Why Treason Prospers

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Treason doth never prosper; what’s the reason?
Why, if it prosper, none dare call it treason.

John Harington (1560-1612), Epigrams, Book IV, Epistle 5

Letter to Ben Franklin

Few people recognize John Harington, which seems a bit odd at the end of a year we’d like to leave behind us. Harington invented the first toilet. Just as few remember Charles Thompson, the Secretary of the Continental Congress whose Minutes and correspondence are preserved in the U.S. National Archives. But everyone remembers Ben Franklin.

Charles Thomson’s letter to his revolutionary colleague Ben Franklin leaps from the National as though he written it to us on New Year’s Day 2020.

When I look back . . . and view the present heartburnings, Jealousies, gloom and despair, I am ready to ask, with the poet, “Are there not some chosen thunders in the stores of heaven armed with uncommon wrath to blast those Men,” who by their cursed schemes of policy are dragging friends and brothers into the horrors of civil War and involving their country in ruin?

Charles Thomson, Secretary of Continental Congress to Franklin (Nov. 1, 1774)

“The poet” from whose work Thomson drew was English poet, author and playwright Joseph Addison, whose “Cato, a Tragedy” was widely read among the colonial leaders as they moved toward the Declaration of Independence in 1776.

Thomson changed Addison’s text from singular (“the Man”) to plural “(those Men”), perhaps inadvertently — memory will do that — or intentionally to fit the circumstances at hand, i.e., the English Parliament’s violations of the American colonists’ rights and freedoms under British law. Addison’s reference is singular.

Oh Portius, is there not some chosen curse,
Some hidden thunder in the stores of heaven,
Red with uncommon wrath, to blast the Man
Who owes his greatness to his country’s ruin?

Joseph Addison, Cato, a Tragedy 1:1:21–4

Dealing with Madness — Singular and Plural

Both singular and plural fit our circumstances on New Year’s Day 2021.The post-monarchical Constitutional people’s republic of Ben Franklin and Charles Thomson teeters “on the very edge of the precipice.” Some of us wonder whether there a hidden thunder of wrath that will blast the Man who owes his greatness to his country’s ruin and when it will blast the Men who refuse to recognize the certified election results of every state and and the District of Columbia, and the certification of the Electoral College.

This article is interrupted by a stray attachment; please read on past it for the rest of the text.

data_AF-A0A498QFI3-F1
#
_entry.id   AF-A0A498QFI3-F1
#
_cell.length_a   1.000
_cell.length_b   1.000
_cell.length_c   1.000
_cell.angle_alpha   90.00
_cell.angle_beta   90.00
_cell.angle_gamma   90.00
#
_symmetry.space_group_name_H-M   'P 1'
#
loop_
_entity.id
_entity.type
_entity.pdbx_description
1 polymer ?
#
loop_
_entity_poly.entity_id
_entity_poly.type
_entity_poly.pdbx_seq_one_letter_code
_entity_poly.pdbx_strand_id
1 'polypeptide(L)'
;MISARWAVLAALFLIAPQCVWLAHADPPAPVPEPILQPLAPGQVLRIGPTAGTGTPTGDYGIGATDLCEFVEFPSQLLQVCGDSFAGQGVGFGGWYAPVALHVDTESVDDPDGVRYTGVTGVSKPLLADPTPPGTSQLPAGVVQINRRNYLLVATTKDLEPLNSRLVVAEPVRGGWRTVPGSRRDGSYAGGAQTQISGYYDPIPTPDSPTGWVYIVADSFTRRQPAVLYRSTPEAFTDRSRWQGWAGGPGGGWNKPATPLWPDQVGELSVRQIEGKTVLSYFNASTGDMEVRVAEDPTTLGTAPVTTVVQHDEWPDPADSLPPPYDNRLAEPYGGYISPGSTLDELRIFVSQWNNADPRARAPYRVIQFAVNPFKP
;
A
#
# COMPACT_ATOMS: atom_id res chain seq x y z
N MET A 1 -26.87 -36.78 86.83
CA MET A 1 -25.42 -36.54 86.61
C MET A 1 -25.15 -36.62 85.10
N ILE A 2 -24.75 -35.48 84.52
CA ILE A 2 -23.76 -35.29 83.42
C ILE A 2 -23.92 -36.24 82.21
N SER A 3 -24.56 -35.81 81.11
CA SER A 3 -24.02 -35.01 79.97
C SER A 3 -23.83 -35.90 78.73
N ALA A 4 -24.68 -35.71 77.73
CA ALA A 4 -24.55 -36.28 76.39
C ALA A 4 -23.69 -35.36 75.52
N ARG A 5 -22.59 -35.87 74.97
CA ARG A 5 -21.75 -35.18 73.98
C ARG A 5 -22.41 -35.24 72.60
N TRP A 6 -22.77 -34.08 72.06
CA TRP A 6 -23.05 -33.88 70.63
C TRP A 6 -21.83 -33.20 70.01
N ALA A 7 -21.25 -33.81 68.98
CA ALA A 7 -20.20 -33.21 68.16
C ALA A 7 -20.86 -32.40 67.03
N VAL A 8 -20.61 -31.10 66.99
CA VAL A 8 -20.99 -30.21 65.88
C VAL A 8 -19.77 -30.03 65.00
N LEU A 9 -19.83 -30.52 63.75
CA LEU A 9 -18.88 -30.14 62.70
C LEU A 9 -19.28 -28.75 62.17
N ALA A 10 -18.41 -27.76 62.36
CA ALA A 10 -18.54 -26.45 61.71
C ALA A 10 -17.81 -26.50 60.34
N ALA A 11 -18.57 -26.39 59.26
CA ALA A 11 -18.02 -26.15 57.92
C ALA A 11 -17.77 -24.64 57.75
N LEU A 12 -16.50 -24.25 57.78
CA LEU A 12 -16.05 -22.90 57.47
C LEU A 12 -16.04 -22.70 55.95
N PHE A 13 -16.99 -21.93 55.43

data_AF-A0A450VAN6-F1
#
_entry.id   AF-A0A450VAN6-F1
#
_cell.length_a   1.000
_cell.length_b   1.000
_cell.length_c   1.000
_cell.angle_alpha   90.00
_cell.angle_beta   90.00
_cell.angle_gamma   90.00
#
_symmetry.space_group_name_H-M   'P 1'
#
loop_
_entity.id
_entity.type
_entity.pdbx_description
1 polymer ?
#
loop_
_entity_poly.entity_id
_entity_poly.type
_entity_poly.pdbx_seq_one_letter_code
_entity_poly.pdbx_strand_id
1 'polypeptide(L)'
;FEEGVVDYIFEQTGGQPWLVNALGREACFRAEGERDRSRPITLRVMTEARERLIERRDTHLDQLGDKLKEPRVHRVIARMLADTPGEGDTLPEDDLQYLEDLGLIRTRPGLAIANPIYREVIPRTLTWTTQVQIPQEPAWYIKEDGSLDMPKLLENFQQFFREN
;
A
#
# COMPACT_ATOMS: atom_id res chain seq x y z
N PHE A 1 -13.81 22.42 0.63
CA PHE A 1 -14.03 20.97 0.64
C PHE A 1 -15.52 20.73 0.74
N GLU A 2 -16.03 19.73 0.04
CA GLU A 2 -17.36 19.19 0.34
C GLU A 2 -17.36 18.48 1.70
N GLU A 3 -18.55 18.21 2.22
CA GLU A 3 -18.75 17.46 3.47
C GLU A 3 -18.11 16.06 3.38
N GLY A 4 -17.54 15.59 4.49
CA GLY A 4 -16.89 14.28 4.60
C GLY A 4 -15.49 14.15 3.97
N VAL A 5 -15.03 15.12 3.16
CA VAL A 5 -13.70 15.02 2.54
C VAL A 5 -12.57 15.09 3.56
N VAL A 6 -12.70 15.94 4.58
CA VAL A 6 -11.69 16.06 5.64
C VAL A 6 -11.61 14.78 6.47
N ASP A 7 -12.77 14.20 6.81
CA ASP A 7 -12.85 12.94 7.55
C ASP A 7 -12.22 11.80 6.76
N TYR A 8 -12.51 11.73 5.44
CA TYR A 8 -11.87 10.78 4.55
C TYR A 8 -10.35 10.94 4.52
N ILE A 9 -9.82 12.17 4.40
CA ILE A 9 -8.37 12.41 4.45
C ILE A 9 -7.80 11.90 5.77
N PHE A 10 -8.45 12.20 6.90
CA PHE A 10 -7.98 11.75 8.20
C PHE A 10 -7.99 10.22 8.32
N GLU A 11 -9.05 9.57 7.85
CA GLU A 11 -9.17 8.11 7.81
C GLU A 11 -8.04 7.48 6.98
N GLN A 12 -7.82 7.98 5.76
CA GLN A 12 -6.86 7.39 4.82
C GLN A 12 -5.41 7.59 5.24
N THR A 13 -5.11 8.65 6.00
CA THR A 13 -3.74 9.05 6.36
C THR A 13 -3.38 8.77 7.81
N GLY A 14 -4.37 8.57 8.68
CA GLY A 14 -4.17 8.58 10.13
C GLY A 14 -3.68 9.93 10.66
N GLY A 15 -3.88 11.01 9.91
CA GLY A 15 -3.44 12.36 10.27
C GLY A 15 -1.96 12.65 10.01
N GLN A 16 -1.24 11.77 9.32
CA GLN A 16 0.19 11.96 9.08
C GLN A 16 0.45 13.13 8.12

Clearing Our Eyes

Act V of Addison’s play raises the question the heirs of the American revolution have nearly forgotten to ask. But this tumultuous in-between time of transition of power puts this most important question to us, the heirs of Franklin and Thomas:

The honors of this world, what are they
But puff, and emptiness, and peril of falling?

Joseph Addison, Cato, Act IV, scene IV

New Year’s 2021 — Hope on the Edge of the Precipice

Thomson’s letter to Franklin ends with a realistic warning and a hope.

“Even yet,” he wrote, “the wounds may yet be healed and peace and love restored; But we are on the very edge of the precipice.”

Two Ways of Being Human; Two Kind of National Character

Looking into the precipice of national ruin, we face two alternate ways of being a nation and two ways of being human: compassionate/heartless; arrogant/modest; honest/scheming; caring/uncaring; vulnerable/invulnerable; phony/authentic; realistic//illusionary; serving others/serving oneself — seem clearer than when things were “normal.” The precipice is real. So is Thomson’s adaptation of Cato’s quote from singular to plural. Treason can never prosper unless we, the people, accept treason.

A Hope and a Prayer from 1774 for 2021

Even yet the wounds may be healed and peace and love be restored.

Charles Thomson, Secretary of the Continental Congresses, Letter to Benjamin Franklin, Nov. 1, 1774.

Gordon C. Stewart, author of Be Still! Departure from Collective Madness (2017 Wipf and Stock), Chaska, MN, January 1, 2021.


The Clear Call of Conscience

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There is no innocence in staying silent when evil stares you in the face. Silence may come from cowardice. It may indicate the absence of conscience. Sometimes silence is complicity. GOP Georgia election official Gerald Sterling broke the silence yesterday.

Conscience, Confession, and Courage: the enduring witness of Martin Niemöller

German Lutheran pastor Martin Niemöller supported Adolf Hitler and the Third Reich before his eyes opened to its horror in the late 1930s.

For his outspoken opposition, he became a prisoner in Sachsenhausen and Dachau concentration camps from 1938 to 1945. His poem “First they came…” still calls silent acquiescence to account.